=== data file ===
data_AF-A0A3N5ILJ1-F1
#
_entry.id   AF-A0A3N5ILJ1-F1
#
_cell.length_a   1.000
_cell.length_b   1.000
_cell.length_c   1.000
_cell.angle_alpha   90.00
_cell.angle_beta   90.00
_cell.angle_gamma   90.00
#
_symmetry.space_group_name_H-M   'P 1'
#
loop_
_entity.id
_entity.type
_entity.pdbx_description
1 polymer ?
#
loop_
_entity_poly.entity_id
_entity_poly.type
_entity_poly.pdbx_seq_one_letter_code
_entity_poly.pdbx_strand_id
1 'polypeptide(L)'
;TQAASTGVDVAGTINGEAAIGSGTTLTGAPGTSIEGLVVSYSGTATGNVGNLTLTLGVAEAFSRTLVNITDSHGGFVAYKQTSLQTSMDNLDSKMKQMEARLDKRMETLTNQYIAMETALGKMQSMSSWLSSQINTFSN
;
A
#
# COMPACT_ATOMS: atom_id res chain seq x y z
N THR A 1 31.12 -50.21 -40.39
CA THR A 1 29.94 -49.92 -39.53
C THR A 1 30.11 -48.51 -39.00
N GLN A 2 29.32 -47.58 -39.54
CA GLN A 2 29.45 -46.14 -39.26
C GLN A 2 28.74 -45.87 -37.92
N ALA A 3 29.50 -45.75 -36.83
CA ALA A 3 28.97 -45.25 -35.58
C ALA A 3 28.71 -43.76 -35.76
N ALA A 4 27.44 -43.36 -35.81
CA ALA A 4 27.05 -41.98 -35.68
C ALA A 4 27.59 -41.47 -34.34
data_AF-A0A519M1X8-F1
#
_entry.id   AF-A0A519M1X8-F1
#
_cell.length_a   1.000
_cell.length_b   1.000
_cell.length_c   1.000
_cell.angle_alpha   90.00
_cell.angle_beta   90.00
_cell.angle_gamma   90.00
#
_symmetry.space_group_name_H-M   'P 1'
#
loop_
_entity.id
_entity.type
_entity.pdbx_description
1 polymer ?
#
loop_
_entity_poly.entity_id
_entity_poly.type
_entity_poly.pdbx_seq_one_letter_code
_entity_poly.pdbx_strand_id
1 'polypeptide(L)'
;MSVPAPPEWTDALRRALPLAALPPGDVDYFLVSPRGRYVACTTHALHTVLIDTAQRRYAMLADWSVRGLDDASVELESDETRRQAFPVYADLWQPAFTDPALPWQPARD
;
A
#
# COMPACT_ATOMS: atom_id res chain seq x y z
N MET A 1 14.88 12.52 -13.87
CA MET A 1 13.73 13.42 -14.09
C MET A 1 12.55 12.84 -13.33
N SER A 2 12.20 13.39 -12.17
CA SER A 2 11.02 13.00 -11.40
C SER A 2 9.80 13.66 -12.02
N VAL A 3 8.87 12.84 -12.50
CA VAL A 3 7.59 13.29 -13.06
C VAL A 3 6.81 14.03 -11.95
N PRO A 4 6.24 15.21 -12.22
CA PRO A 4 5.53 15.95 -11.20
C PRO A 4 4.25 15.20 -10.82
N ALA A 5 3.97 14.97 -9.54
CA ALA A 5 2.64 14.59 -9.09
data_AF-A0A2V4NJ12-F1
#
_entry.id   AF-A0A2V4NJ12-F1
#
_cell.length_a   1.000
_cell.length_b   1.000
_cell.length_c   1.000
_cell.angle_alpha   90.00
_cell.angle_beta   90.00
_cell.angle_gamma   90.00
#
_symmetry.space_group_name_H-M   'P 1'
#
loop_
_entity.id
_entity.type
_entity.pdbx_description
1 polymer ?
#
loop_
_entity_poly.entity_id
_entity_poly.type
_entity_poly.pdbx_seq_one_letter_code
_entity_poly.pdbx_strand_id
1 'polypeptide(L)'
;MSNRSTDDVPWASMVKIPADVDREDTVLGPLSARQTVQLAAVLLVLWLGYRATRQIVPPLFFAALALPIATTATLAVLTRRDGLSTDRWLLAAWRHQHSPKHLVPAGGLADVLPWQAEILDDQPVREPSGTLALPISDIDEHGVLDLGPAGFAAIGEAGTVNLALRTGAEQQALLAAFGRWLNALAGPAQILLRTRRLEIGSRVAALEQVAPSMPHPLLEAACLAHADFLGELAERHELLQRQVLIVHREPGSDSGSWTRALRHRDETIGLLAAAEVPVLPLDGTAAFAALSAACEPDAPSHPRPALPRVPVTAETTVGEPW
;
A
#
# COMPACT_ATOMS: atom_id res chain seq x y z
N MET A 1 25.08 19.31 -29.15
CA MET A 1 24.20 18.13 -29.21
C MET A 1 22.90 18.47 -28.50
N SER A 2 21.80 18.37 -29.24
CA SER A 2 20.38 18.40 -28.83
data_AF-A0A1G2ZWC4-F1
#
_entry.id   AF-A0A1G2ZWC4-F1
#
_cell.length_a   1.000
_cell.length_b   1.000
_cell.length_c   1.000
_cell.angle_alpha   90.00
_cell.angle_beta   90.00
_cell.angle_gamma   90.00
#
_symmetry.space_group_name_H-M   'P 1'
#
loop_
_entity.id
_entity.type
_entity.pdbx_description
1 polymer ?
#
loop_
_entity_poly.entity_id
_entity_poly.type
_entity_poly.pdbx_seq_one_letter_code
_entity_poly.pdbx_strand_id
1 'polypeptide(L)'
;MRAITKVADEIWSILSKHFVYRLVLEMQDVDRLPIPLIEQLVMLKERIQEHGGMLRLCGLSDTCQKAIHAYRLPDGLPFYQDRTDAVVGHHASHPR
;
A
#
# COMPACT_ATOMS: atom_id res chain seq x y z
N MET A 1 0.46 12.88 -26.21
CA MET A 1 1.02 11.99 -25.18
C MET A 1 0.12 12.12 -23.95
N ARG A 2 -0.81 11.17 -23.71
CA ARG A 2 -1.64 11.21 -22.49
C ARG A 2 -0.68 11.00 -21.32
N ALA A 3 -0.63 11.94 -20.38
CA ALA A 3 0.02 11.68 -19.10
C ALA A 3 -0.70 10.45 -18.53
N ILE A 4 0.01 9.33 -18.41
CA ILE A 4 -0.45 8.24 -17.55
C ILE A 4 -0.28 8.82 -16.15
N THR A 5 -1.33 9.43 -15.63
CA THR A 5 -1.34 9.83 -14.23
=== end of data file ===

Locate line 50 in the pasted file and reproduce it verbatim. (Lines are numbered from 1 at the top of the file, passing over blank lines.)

_cell.angle_alpha   90.00